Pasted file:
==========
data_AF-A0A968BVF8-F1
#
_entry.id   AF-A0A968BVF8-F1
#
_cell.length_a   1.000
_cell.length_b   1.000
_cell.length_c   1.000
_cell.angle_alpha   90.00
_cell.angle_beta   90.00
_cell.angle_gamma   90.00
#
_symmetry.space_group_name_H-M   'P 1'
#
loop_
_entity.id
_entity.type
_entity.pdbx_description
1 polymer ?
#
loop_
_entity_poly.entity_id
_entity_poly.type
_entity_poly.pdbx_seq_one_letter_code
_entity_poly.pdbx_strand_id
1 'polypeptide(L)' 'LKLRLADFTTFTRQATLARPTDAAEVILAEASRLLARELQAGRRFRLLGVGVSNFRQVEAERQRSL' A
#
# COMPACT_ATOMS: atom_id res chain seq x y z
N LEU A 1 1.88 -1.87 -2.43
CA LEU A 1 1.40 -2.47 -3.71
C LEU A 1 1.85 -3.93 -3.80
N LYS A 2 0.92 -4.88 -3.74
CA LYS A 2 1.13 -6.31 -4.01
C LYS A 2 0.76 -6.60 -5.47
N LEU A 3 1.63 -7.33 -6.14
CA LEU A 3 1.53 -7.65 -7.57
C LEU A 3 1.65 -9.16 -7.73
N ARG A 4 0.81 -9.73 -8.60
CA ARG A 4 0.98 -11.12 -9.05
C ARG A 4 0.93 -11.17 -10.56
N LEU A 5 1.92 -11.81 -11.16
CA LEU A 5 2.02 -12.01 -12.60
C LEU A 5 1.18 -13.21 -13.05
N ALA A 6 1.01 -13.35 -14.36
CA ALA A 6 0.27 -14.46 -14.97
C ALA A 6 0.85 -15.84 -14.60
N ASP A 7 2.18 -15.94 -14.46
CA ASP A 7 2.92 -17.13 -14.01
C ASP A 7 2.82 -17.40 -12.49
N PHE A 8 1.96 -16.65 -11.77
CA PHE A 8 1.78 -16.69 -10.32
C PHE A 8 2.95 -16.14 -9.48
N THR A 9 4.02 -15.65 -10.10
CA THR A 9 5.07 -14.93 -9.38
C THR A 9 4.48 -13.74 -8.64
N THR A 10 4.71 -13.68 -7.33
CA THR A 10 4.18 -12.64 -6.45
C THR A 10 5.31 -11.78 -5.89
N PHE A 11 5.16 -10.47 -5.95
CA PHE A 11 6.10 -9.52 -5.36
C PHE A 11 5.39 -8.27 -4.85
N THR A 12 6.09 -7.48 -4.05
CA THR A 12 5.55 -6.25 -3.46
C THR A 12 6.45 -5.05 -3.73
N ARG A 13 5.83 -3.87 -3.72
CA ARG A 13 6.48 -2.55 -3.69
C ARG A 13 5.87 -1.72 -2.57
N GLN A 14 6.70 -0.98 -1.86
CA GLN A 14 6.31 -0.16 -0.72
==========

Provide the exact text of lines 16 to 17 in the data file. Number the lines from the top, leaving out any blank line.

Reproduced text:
_entity.type
_entity.pdbx_description